Massachusetts Daily Collegian

“The Vagina Monologues” performed at UMass

By Kate Evans

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Hannah Cohen/Collegian

Hannah Cohen/Collegian

University of Massachusetts students, faculty and local residents gathered in Bowker Auditorium this weekend to listen to performers talk about one thing – their vaginas. The monologues discussed sensitive topics such as female genital mutilation and sexual abuse, as well as comical topics like what the typical UMass student’s orgasm sounds like..

“The Vagina Monologues,” the award winning play by Eve Ensler discussing women’s lives and sexuality, was performed last Thursday, Friday and Saturday evenings on campus. The humorous and heart-warming play is run by V-Day and was sponsored by the Everywoman’s Center and VOX. V-Day is a global movement to end violence against women and girls and raise awareness through the funds obtained from Ensler’s play, according to literature handed out at the event. The Everywoman’s Center is an organization on campus that provides a variety of services to campus and community women, based in both emotional and more direct needs. VOX is a group for the voices at Planned Parenthood. “The Vagina Monologues” are a series of interviews and true stories of real-life women’s experiences, acted out by others.

Tables were set up on either side of the Bowker lobby, some selling chocolate vaginas and others promoting safe sex by giving away condoms, stickers and information booklets. One table promoted the importance of keeping young girls in school in areas of lower economic status where there isn’t enough money to buy personal hygiene products.

As the lights dimmed and the crowd grew silent, the women who filled the stage were beautiful. They were all wearing variations of black and green, donning pretty hairstyles and giving off strong auras. One of the performers rocked sparkly green high heels, while others wore green boas, green earrings and green scarves.

There were 32 acts in total, and the crew of female performers divvied up their time by acting in several skits each. In the first act, Letisha Marie Harris told the story of a woman who realized that pubic hair is there for a purpose, and that you can’t just pick and choose the parts you desire.

The next act, titled “The ‘Wear and Say’ Lists,” had the packed audience roaring with laugher. The first piece of the act asked the question, “What would your vagina wear?” The answers ranged from solely jewelry to leather jackets. The second part of the act asked the question, “If your vagina could talk what would it say?” Though the answers varied, the initial response yelled in unison by all performers on stage was, “Slow down!” The almost-entirely female audience clearly agreed shown by their laugher and a rumble of murmurs.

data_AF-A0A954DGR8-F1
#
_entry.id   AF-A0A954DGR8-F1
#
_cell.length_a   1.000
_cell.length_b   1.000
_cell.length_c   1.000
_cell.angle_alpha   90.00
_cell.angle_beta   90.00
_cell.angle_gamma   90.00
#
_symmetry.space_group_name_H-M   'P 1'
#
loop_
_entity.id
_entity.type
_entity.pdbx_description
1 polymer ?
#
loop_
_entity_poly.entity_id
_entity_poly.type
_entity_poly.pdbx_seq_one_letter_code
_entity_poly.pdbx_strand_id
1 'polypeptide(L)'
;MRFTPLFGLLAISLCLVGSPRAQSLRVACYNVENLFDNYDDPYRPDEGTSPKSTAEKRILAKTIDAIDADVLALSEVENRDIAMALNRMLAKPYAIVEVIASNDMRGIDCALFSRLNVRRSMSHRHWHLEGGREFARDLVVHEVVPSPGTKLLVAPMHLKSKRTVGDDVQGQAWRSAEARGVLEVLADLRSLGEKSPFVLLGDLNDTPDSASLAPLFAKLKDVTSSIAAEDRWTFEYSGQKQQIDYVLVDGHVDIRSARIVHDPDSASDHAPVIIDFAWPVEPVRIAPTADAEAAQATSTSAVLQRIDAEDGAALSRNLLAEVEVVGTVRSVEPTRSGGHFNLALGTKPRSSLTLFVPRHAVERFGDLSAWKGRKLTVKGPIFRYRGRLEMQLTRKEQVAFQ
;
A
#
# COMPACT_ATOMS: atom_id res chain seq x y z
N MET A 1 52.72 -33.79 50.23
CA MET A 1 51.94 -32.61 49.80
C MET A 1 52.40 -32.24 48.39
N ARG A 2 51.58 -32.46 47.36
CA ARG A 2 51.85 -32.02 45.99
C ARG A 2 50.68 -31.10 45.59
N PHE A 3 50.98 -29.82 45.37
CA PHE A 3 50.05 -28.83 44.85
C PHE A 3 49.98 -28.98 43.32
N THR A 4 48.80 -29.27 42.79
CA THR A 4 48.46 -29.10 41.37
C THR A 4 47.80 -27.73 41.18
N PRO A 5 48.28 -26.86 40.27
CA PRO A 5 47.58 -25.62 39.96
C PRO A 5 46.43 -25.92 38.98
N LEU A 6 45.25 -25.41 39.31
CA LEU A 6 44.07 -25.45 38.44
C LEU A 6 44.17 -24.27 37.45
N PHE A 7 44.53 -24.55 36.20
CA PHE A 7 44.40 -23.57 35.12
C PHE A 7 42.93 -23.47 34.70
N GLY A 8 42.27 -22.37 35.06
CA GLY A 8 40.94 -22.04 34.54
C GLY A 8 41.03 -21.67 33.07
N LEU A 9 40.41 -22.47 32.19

Though the performers certainly knew how to get the audience comfortable, the middle of the play was anything but comical. The performers discussed female genital mutilation, which is a procedure practiced in some cultures where part or the entire clitoris and other parts of the vagina are removed to deny the woman pleasure.

Another monologue told the story of a boy that wanted to be a girl, but was beaten until he acted like people told him he “should.” Beginning off as a sad story, the audience appeared uplifted to hear the boy, after growing into a man, finally made the decision to transition into the woman he had always wanted to be.

Actresses Susan Callender and Nina Goodwin told the horrific story of women held captive as prostitutes of the Japanese military during World War II. The performers portrayed a perfectly angry and scarred depiction of what it might be like after experiencing something so horrific.

As four performers reclaimed the “C-word,” they slowly stripped off their layers to reveal one letter on each woman’s t-shirt, spelling out the word. Rachael Bazzett, Jasmine James, Erika Sian and Melissa Urban screamed the word repeatedly until the audience chanted with them, feeling liberated.

In the last monologue, the entire cast gathered on stage to perform a series of specialized orgasms. The “College Student Orgasm” moaned over deadlines, the “Harry Potter Orgasm” gasped spells, and the “UMass Orgasm” had the audience keeled over in fits of laughter as one performer added a sexier touch to “Go UMass.”

“The Vagina Monologues” is packed with hilarious, informative and heart-breaking material that every woman should see. Although it was a bit difficult to hear some of the introductions to the monologues, the majority of the performers displayed strong acting skills and a sense of vibrancy that radiated into the audience. Chocolate vagina lollipops in hand, the crowd filed out of Bowker excitedly chattering with friends over their favorite skits.

Kate Evans can be reached at [email protected]

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